Kubernetes Vulnerability Description CVE-2022-23648 | crowdstrike

Kubernetes Vulnerability Description CVE-2022-23648 |  crowdstrike

CVE-2022-23648reported by google zero project as of November 2021, is a Kubernetes runtime vulnerability found in Container, a popular Kubernetes runtime. It is found in the Containerd CRI plugin which handles OCI image specs that contain “Volumes”. The attacker can add a volume containing the path path to the image and use it to copy arbitrary files from the host to the container-mounted path.

The vulnerability was reported by Felix William on November 22, 2021, and a patch was released with Containerd versions 1.6.1, 1.5.1, and 1.4.13 on March 2, 2022.

Technical analysis

Let’s take a closer look at how the vulnerability resides in an unexpected layer of the container ecosystem and can lead to container leaks in your Kubernetes cluster.

Description of OCI Image Specifications

There are two specifications for a container image defined by the Open Container Initiative (OCI). These standards were first made available by Docker and later developed by the community.

  1. image specifications (image specifications). This specification defines how a container image and various image components, primarily the image’s manifest, index, and layout, should be packaged. This is where the image file system blob resides.
  2. Runtime specifications (runtime specifications). This is the configuration required to run the image as a container.

When a runtime like Containerd needs to start a container with an image, converts the image config blob given to a runtime config blob. Here the Containerd CRI plugin is unable to validate the paths in the Config.Volumes field before being used in the runtime field mounts. Containerd also copies the data to those mount roads. It is possible to look at Config.Volume OCI config blob field with tools like buildas shown below in Figure 1, in addition to the image creation steps.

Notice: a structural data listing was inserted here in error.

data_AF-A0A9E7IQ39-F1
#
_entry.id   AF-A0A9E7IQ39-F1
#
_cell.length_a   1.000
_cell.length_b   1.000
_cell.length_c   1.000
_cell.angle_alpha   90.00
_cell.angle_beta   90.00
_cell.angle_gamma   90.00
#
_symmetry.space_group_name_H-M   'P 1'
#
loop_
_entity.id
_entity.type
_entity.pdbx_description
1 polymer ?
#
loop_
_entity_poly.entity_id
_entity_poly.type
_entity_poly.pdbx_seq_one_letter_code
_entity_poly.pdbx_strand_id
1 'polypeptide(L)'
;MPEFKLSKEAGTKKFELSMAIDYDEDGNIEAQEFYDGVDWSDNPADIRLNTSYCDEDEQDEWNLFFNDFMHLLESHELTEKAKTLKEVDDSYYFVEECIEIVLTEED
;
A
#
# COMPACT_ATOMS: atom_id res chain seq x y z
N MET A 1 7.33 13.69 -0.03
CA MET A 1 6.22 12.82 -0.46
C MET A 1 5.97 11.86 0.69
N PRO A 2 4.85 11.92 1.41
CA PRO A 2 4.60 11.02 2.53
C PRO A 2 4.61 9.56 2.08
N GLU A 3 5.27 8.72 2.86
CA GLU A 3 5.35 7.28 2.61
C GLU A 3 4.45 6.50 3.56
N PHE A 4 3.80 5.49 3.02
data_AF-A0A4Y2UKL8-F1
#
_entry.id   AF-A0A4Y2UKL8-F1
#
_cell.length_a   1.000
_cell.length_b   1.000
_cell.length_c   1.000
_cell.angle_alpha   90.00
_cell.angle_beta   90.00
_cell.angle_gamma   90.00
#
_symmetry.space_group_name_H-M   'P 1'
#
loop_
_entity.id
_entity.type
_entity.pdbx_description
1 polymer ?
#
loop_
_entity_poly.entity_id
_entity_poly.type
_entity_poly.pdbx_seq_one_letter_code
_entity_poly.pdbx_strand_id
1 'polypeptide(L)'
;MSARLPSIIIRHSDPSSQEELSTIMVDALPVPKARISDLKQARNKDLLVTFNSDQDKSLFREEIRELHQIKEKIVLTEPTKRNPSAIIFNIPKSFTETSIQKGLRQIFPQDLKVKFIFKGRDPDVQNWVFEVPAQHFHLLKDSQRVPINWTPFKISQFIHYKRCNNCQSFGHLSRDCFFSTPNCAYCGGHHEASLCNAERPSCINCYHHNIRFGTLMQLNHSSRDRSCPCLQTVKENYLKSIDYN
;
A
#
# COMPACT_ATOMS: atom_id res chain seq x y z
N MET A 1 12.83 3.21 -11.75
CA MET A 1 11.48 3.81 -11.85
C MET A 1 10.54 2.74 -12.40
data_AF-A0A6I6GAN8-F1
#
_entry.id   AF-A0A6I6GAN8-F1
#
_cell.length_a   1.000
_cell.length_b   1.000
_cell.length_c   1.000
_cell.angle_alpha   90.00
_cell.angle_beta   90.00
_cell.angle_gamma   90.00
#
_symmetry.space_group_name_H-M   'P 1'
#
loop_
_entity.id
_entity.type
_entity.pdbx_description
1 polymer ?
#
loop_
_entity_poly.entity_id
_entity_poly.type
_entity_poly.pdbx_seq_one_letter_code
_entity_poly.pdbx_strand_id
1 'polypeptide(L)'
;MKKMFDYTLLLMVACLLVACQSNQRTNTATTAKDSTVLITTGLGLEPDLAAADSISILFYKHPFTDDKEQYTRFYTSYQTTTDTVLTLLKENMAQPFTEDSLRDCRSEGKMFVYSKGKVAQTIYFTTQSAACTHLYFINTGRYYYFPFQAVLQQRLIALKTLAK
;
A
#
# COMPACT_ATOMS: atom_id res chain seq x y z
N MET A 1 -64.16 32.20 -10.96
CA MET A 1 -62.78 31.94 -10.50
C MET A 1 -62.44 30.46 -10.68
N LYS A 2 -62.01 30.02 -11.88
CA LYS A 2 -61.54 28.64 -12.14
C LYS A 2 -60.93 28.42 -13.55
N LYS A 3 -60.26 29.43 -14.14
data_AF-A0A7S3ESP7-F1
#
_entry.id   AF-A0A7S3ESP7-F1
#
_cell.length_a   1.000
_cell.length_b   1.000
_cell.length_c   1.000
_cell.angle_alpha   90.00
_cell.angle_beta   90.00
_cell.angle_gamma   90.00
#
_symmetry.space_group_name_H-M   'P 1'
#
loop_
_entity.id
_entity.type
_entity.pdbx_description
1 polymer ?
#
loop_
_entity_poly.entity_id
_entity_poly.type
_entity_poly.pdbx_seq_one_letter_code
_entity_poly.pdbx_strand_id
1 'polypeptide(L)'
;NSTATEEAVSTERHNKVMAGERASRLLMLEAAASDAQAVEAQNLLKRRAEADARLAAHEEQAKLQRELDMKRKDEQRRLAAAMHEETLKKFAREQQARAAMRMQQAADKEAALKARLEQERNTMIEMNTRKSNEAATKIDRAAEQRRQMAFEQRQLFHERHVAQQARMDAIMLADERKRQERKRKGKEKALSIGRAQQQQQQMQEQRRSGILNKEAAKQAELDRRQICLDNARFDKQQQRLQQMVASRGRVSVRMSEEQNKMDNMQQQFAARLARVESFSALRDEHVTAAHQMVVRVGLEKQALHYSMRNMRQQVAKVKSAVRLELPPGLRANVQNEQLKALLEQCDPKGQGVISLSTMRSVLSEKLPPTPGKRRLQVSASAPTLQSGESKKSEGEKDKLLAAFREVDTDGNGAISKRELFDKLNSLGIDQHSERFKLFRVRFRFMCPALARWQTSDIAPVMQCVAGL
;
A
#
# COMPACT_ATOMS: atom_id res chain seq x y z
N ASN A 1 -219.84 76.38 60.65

Figure 1. Create vulnerable image

Containerd volume handling

The vulnerability resides in the following Containerd code, as shown in Figure 2 below, where an attacker-controlled volume path is used as the source in the copyExistingContents function. This function copies files from the attacker controlled volume path to a temporary folder which is then mounted inside a container. At this point, an attacker only needs to use route traversal to fool the attacker. copyExistingContents function to copy arbitrary files from the host file system.

The following is the simple attacker pod using our proof-of-concept image shown in Figure 1. Once this pod is created in the cluster, you can see that the files from the host are copied to the host’s file system. container in a mounted path, as shown in figures 3 and 4.

In this attack, without the use of real Kubernetes volumesAn attacker with pod creation privileges on the cluster can read arbitrary files from the Kubernetes node, resulting in a container leak.

Figure 3. Attacker Capsule

Figure 4. Host files copied to the container file system

Mitigation

CrowdStrike recommends updating to the latest version of Containerd to mitigate this issue. A patch it was released with versions 1.6.1, 1.5.1 and 1.4.13 of Containerd.

In case it is not possible to apply patches, CrowdStrike Falcon® The platform’s image scan protects clients from this vulnerability by identifying image blob configuration with path traversal in a volume path, as shown in Figure 5. Clients can also prevent images from being deployed. malicious in the cluster.

CrowdStrike® Falcon Horizon™ cloud security posture management (CSPM) implements CIS benchmarks to identify any indicators of misconfiguration (IOM) in your clusters and discover a weakness in the cloud environment. At the same time, CrowdStrike Falcon Cloud Workload Protection (CWP) prevents and detects malicious activity, including by eCrime and nation-state adversaries, in real time.

Figure 5. CrowdStrike Falcon Detects Traverse Path in Image Blob Volume Configuration

conclusion

Kubernetes is made up of a number of software layers, and an attacker can use any misconfiguration or security issue in any layer to gain the necessary privileges and take over the cluster. As discussed, CVE-2022-23648 is one more example of the ongoing weakness in the container runtime used for Kubernetes container escaping. DevOps professionals should be aware of these issues and keep the environment up to date when patches become available.

Securing containers does not have to be an overly complex task. With the Falcon platform, you can easily identify security issues in your environment in real time. You can use the built-in Kubernetes features and implement best practices to keep your container environment secure. To enhance security, you can use built-in container security products such as CrowdStrike Falcon Cloud Workload Protection, which can seamlessly protect your Kubernetes environment.

CrowdStrike strives to support organizations that enable their users to stay ahead of the curve and remain fully protected from adversaries and breaches.

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